#On This Day – The Follower

Monday, May 18th, 2020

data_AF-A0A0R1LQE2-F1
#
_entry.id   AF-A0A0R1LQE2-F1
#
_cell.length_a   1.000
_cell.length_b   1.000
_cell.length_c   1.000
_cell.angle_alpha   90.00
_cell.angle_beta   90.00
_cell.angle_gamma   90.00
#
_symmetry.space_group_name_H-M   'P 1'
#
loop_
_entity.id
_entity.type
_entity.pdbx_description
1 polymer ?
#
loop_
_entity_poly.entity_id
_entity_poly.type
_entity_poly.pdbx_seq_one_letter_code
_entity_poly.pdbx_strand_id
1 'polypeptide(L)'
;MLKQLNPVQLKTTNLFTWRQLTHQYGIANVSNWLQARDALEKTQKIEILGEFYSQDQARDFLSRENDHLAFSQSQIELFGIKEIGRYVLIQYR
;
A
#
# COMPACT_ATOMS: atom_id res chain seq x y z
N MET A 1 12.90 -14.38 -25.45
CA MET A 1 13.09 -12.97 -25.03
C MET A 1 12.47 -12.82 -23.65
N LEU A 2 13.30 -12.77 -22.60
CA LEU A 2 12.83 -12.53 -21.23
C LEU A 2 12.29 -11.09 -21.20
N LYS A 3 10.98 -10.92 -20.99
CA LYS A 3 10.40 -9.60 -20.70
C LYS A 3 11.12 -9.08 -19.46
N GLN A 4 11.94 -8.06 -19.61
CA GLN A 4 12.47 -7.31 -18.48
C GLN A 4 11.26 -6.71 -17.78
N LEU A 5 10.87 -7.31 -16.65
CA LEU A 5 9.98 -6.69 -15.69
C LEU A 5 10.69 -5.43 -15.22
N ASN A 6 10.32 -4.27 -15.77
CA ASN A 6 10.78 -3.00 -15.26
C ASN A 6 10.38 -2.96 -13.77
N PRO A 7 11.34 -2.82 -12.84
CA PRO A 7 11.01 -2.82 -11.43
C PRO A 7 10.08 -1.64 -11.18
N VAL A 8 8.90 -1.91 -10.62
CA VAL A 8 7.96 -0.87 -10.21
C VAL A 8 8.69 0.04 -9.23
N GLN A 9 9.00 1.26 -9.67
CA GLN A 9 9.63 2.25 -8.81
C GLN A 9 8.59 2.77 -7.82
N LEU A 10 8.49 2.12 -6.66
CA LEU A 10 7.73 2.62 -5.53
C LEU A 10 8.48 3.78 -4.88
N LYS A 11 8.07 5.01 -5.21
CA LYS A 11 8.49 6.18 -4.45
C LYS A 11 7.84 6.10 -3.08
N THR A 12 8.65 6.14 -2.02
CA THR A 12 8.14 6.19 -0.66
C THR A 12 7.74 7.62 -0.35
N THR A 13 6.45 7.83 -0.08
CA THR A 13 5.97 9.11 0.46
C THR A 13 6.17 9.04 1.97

Rogation Monday is an old religious custom, one of four days set aside in the Christian calendar known as Rogation Days, in which the congregation would ask for God’s mercy. Traditionally a procession, led by the clergy, would wind its way around a parish in order to bless fields, crops and animals. The festival can be traced back to late fifth century Gaul and it is believed that it came to Britain during the Anglo Saxon period. As the procession was usually accompanied by crosses and holy images these aspects of it were banned during the Reformation period. The procession allowed for the checking of the physical boundaries of the parish, particularly useful in times before maps and written deeds, and became what it is known as today as beating the bounds. Those in the procession would carry ‘wands’ and would stop to beat boundary stones or prominent tress, often carving a cross into the bark. allowing for the boundaries of the parish to be remembered by all involved.

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